[I]t would be strange... if they had not, in the course of ages, acquired a measure of that mental dexterity and rapid skill which, in any other business, would be dubbed mechanical, but in a woman's business of obtaining and managing a lord and master is commonly described as intuitive.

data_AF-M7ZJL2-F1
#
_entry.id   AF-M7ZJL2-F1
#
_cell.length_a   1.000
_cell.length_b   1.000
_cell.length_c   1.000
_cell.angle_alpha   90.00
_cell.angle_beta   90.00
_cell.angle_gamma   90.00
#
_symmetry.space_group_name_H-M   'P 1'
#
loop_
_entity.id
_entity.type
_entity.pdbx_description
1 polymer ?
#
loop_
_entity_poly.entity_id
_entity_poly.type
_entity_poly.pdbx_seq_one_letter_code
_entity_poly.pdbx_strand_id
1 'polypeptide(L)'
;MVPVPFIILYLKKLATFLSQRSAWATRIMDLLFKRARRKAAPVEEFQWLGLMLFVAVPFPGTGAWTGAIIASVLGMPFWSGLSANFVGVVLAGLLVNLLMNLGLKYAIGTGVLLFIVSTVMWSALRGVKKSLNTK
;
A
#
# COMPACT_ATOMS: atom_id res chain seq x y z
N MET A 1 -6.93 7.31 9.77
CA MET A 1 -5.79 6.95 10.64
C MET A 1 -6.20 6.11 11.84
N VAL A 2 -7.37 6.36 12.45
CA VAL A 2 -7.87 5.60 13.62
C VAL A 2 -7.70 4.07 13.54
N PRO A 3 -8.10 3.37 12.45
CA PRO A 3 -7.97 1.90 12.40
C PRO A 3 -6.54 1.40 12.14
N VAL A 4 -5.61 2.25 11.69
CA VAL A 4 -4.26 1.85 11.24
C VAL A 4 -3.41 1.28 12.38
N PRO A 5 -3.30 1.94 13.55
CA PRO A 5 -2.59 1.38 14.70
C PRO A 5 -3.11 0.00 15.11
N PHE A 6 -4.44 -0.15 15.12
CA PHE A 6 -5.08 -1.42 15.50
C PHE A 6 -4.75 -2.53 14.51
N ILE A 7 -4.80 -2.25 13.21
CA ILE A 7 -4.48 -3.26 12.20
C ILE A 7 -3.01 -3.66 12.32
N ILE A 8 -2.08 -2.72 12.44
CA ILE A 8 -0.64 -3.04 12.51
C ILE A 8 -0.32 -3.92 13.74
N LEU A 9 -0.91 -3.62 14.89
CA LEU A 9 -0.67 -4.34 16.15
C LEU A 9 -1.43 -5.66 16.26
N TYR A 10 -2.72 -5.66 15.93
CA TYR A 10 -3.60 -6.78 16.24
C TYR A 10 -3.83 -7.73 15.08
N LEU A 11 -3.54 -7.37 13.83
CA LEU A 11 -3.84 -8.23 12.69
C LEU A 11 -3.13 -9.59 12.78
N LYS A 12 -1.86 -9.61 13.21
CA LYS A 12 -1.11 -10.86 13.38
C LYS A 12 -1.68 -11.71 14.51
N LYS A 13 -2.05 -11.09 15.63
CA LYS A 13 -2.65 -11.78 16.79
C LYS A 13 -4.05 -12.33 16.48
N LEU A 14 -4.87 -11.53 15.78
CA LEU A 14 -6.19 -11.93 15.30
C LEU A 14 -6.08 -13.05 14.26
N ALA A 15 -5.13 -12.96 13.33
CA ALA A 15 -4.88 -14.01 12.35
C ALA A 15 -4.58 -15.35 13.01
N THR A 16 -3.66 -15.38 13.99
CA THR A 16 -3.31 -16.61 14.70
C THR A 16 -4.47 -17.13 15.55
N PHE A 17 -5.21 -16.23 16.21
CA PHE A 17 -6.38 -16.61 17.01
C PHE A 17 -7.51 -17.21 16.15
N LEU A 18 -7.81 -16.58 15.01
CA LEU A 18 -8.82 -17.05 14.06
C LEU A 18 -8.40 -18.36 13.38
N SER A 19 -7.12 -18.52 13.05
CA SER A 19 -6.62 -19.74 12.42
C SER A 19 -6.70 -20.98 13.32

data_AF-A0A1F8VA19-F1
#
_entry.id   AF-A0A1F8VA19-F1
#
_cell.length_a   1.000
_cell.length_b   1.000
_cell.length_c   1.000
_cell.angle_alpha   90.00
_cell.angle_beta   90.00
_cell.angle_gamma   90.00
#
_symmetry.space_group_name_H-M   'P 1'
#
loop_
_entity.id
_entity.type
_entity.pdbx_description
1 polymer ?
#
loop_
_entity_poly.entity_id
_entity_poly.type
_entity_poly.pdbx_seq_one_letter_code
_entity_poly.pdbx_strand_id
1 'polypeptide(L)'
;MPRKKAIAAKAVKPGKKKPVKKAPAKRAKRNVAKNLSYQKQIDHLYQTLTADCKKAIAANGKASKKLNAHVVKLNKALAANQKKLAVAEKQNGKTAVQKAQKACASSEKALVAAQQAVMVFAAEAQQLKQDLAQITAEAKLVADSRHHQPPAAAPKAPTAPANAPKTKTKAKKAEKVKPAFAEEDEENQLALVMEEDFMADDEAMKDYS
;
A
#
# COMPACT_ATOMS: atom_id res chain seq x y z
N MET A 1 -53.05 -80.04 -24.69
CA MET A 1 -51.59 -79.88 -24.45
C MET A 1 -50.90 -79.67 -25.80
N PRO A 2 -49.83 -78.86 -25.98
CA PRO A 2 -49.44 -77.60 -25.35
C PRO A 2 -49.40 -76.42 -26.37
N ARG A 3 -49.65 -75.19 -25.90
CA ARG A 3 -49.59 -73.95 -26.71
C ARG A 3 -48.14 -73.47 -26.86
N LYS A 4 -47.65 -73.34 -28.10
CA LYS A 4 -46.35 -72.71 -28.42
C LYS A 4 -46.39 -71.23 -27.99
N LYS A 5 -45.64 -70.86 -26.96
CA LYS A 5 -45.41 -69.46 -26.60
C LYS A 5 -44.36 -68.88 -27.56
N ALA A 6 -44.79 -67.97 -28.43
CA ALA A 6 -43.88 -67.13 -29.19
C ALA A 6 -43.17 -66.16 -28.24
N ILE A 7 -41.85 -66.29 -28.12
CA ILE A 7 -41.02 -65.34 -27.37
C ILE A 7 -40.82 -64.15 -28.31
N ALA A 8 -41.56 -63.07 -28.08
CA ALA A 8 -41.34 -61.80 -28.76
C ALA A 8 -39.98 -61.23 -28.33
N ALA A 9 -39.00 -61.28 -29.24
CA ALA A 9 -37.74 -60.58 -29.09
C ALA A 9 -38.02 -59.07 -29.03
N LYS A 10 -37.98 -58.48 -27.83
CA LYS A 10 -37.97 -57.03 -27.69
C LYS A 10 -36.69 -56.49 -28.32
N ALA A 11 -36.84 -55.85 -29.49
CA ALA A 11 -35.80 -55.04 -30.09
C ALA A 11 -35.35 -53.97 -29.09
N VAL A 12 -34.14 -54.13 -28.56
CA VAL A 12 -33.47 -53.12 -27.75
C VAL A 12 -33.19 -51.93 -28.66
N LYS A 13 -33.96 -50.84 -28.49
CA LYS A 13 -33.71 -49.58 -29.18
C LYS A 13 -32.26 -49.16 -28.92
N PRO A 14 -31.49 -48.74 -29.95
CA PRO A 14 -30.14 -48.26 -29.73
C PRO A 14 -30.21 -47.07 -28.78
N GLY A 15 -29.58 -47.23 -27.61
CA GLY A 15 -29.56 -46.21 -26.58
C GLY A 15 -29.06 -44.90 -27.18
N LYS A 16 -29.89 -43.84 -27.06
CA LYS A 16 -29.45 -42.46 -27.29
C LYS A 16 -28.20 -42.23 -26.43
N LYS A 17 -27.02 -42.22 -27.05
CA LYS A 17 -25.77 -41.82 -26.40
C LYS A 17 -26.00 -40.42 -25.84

Hamilton is probably these days best known for her 1909 polemic, Marriage As a Trade, but in her day, alongside her suffrage activism (including the lyrics to March of the Women even if Ethel Smyth actually copyrighted them) she wrote plays, novels, works on war, and travel books. One of her short suffrage plays ('How the Vote was Won', co-authored with Christopher St John) was produced last year at a fringe theatre in London and was still extremely entertaining. She was active in the birth control movement between the wars and also a supporter of abortion law reform, and is yet another example of someone who really doesn't fit in to categorisations of 'New' and 'Old' feminism at that period but was both involved with egalitarian campaigns and those addressing women's specific needs. (I am not sure that anyone, except possibly Eleanor Rathbone, who pretty much invented the concept of 'New' feminism around her concerns for Family Allowances, etc, really fits at all neatly in that simplistic division.)